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Pan-African newsletter on small scale fisheries

Masifundise's mission is to facilitate mobilisation and organisation of fishing communities at the grass roots level, in order for communities to become empowered and capable of taking part in political and economic decision making processes. This will facilitate good governance at Municipality level and enable fishing communities to secure their social, economic, and political rights.


To strengthen international communication of african fisher people and their organisations Masifundi is publishing the Pan-African Newsletter, starting with its first edition in oktober 2013.



The development of the newsletter went very well, with a wide range of articles being included around the central theme of “Ocean grabbing”. Three partner organisations (from The Gambia, Uganda and Seychelles) submitted written articles and much of the rest of the content generated by Masifundise was based on inputs and discussions with other partner organisations from around the continent. The graphics used in the newsletter were chosen to reflect the continent as a whole, rather than just a single region. Images, cartoons, and popular language were used to ensure that the content is accessible to all readers, regardless of educational background (see Annex 1 and 2 for photos and cartoon). The content was translated into French and checked over by an academic familiar to fisheries to ensure that fishing-related terms were translated correctly. The newsletter was printed in colour, 10,000 copies each in English and French.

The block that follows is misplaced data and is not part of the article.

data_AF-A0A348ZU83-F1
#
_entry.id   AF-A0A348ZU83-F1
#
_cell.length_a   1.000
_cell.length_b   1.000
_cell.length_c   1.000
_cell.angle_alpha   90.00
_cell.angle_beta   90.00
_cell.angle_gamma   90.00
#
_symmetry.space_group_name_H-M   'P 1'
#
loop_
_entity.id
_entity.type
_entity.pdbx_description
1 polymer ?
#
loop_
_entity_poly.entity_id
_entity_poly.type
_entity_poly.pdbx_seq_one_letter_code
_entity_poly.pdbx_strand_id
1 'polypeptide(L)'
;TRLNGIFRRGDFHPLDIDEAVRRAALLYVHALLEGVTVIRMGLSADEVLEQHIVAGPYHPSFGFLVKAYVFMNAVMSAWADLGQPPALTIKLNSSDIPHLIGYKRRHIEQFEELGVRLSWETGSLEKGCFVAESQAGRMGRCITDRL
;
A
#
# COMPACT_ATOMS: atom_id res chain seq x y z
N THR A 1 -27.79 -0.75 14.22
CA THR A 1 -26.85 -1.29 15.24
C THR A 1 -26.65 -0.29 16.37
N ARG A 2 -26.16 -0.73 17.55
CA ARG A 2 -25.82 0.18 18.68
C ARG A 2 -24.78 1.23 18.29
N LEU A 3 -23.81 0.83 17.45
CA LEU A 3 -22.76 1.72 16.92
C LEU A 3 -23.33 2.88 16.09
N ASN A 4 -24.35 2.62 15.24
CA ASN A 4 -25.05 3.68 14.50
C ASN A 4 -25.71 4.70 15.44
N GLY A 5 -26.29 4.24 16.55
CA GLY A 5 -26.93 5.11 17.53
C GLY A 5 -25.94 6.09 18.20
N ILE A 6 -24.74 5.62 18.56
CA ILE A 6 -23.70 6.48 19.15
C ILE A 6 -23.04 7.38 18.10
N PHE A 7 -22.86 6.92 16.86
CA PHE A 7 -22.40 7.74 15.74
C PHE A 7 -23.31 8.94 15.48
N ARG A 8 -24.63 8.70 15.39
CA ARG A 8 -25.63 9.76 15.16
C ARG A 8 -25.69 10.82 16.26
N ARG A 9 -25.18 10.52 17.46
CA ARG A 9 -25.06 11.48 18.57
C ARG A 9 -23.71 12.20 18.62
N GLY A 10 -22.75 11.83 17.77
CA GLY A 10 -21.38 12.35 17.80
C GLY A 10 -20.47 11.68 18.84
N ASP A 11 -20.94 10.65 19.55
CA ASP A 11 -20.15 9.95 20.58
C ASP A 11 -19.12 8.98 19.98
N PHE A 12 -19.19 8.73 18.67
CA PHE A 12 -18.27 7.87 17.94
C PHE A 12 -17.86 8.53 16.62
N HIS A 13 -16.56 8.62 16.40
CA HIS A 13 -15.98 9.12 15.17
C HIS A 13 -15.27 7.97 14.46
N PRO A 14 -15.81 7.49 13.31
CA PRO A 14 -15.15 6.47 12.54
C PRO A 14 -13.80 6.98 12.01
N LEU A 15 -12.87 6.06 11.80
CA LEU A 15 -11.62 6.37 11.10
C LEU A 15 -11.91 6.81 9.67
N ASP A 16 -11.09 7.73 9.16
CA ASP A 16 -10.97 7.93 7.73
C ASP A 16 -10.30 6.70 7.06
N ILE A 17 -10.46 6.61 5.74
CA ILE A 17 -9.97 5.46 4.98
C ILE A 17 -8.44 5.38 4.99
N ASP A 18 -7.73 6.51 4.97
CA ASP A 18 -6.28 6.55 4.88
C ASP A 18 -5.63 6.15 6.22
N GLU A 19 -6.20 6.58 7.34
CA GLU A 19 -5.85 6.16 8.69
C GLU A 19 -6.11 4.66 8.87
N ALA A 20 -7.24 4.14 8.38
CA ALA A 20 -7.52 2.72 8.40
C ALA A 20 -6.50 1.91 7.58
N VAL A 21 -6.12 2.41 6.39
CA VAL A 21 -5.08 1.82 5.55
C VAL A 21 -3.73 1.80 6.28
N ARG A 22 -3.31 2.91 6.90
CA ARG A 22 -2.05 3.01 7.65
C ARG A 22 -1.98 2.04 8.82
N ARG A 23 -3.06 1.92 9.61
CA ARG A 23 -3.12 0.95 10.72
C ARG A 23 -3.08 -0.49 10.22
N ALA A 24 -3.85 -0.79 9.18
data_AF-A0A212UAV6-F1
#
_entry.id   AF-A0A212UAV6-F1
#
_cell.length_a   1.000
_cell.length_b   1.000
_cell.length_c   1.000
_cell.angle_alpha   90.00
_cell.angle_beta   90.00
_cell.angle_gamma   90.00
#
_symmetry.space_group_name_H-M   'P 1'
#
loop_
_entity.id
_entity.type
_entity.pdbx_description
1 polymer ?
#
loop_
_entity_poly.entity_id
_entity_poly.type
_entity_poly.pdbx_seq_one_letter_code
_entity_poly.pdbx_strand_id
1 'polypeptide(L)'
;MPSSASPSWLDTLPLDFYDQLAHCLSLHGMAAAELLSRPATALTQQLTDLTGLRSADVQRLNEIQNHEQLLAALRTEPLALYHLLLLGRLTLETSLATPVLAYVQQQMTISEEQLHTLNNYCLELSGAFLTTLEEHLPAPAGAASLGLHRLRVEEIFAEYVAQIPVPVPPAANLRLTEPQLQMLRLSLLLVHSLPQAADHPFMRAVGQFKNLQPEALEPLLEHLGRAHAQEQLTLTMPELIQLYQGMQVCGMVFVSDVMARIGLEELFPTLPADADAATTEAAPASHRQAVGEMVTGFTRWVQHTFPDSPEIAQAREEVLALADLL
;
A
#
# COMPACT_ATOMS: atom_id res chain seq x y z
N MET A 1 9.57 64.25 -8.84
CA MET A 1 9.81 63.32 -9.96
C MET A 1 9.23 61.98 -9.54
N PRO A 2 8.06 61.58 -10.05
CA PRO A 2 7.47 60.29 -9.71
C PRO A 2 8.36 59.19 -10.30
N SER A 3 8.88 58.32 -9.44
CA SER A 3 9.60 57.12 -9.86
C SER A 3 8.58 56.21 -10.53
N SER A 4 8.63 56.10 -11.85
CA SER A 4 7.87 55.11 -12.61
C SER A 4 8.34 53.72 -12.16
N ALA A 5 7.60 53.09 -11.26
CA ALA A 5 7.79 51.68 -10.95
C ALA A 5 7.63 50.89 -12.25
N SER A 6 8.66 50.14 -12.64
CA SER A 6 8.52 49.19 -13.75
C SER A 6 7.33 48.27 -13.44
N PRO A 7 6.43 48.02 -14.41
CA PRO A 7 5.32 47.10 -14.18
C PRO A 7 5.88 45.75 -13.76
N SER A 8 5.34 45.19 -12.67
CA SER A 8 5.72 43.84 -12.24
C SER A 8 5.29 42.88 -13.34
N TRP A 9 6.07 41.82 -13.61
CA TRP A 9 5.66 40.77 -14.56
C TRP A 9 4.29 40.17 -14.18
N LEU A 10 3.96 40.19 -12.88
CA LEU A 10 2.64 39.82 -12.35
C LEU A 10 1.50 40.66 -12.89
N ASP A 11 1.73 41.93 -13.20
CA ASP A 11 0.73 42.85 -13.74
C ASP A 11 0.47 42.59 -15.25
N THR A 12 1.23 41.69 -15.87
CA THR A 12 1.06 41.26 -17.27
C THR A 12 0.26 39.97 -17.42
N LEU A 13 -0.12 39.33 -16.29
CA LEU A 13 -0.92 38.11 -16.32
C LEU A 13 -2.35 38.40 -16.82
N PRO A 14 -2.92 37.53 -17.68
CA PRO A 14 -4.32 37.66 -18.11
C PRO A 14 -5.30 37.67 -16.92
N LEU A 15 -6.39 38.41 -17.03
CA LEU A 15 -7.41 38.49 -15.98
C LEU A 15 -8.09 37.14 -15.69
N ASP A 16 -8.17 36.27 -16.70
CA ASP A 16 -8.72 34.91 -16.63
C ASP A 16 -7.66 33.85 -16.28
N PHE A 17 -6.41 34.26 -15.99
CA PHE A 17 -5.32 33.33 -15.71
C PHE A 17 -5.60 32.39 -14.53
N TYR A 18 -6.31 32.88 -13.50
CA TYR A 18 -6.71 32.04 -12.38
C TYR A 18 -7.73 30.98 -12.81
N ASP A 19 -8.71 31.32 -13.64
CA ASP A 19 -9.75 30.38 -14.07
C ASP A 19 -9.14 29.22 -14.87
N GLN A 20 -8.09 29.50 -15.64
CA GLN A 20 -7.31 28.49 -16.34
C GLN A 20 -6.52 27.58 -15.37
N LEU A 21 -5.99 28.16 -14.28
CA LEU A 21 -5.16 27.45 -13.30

Electronic copies of the newsletter were distributed to 84 fisher organisations in 27 countries across the continent. Many of these organisations forwarded the newsletter onto some of their own contacts (copying us in). Copies, both French and English were also distributed electronically to 838 individuals, including academics, policy-makers, NGO workers, government officials and donor agencies.


Close to 2,500 hard copies, both English and French, have already been distributed to partner organisations across the continent. The balance will be distributed as we track down addresses and identify opportunities for mass distribution (regional conferences for example).


We have had very positive feedback from numerous recipients of the newsletter, including NGO workers, government officials, academics, donor agencies and, most importantly, partner organisations. It has already proven useful in stimulating dialogue amongst partner organisations where stories of “ocean grabbing” (or “lake grabbing” in some instances) are starting to emerge. Many partners have requested as many hard copies as we can send, highlighting in their motivation just how important these issues are in both a national and regional context.